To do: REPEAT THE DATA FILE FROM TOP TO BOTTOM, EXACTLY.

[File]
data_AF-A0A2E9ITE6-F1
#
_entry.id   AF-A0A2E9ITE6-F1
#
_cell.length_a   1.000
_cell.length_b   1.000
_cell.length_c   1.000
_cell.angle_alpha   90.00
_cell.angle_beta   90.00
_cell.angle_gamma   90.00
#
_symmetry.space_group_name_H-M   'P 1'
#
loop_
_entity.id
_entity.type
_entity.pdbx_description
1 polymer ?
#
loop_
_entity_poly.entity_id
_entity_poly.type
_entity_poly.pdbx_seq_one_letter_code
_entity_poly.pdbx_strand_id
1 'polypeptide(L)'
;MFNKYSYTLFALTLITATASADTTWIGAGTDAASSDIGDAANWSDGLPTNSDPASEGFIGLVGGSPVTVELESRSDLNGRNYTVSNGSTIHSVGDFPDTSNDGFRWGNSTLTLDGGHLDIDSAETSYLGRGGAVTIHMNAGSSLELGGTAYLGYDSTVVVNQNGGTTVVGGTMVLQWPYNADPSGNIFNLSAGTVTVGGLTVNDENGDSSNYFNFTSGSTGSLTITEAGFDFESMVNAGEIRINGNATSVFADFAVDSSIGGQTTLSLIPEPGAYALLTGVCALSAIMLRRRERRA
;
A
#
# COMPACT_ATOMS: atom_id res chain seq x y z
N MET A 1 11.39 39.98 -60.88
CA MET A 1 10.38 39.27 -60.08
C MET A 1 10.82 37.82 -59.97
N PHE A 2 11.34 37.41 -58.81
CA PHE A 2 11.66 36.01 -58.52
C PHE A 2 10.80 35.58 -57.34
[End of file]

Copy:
data_AF-A0A2E9ITE6-F1
#
_entry.id   AF-A0A2E9ITE6-F1
#
_cell.length_a   1.000
_cell.length_b   1.000
_cell.length_c   1.000
_cell.angle_alpha   90.00
_cell.angle_beta   90.00
_cell.angle_gamma   90.00
#
_symmetry.space_group_name_H-M   'P 1'
#
loop_
_entity.id
_entity.type
_entity.pdbx_description
1 polymer ?
#
loop_
_entity_poly.entity_id
_entity_poly.type
_entity_poly.pdbx_seq_one_letter_code
_entity_poly.pdbx_strand_id
1 'polypeptide(L)'
;MFNKYSYTLFALTLITATASADTTWIGAGTDAASSDIGDAANWSDGLPTNSDPASEGFIGLVGGSPVTVELESRSDLNGRNYTVSNGSTIHSVGDFPDTSNDGFRWGNSTLTLDGGHLDIDSAETSYLGRGGAVTIHMNAGSSLELGGTAYLGYDSTVVVNQNGGTTVVGGTMVLQWPYNADPSGNIFNLSAGTVTVGGLTVNDENGDSSNYFNFTSGSTGSLTITEAGFDFESMVNAGEIRINGNATSVFADFAVDSSIGGQTTLSLIPEPGAYALLTGVCALSAIMLRRRERRA
;
A
#
# COMPACT_ATOMS: atom_id res chain seq x y z
N MET A 1 11.39 39.98 -60.88
CA MET A 1 10.38 39.27 -60.08
C MET A 1 10.82 37.82 -59.97
N PHE A 2 11.34 37.41 -58.81
CA PHE A 2 11.66 36.01 -58.52
C PHE A 2 10.80 35.58 -57.34